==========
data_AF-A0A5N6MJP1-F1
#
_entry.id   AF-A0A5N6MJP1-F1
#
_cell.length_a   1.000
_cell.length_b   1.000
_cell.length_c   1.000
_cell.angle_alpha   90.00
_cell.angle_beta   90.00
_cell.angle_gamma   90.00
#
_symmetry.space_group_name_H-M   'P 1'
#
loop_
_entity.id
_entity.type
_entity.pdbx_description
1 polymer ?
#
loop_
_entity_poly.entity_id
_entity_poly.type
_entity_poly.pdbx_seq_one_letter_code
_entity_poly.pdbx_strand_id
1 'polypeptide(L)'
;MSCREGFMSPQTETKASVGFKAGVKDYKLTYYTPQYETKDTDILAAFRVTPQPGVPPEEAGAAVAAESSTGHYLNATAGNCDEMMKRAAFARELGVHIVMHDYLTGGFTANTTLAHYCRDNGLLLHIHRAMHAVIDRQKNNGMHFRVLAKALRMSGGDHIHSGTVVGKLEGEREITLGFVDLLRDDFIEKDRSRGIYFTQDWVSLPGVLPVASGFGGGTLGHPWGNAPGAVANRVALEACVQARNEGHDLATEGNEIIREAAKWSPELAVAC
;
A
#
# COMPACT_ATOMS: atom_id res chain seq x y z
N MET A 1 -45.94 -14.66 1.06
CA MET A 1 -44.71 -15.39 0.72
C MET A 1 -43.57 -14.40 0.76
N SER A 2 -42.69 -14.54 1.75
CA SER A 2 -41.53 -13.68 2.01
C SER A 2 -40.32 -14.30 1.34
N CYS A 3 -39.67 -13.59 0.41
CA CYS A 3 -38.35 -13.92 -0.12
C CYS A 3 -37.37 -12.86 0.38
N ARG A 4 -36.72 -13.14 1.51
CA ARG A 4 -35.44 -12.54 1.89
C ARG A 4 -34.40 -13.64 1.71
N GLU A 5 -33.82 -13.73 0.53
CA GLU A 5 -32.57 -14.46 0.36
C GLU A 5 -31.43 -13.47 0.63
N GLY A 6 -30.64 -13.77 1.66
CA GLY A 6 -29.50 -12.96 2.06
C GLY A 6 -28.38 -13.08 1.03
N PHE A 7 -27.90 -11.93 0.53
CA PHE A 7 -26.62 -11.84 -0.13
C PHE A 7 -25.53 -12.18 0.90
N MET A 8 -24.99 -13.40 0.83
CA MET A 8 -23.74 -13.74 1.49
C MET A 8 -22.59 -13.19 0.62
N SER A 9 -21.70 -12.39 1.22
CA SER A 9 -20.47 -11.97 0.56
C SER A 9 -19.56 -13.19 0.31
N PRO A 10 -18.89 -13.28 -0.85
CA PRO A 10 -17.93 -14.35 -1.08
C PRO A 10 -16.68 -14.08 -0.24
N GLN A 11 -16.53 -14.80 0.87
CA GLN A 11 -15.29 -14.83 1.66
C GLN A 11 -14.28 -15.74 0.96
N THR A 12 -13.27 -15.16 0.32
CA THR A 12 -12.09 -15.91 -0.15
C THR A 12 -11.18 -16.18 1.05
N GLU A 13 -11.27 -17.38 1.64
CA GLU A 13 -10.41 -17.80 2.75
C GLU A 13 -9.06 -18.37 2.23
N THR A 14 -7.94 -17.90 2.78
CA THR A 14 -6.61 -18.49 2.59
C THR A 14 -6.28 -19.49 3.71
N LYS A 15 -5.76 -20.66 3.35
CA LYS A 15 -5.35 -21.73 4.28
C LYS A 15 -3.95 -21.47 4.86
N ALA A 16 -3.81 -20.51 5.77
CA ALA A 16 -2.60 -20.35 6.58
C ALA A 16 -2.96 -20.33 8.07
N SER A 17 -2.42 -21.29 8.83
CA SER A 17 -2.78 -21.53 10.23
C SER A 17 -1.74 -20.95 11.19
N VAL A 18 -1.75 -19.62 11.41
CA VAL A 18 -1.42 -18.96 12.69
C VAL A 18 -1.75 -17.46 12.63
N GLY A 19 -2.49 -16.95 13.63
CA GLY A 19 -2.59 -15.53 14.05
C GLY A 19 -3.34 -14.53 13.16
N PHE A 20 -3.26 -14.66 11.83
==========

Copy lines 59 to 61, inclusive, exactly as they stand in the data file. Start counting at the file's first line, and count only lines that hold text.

CA PRO A 10 -17.93 -14.35 -1.08
C PRO A 10 -16.68 -14.08 -0.24
N GLN A 11 -16.53 -14.80 0.87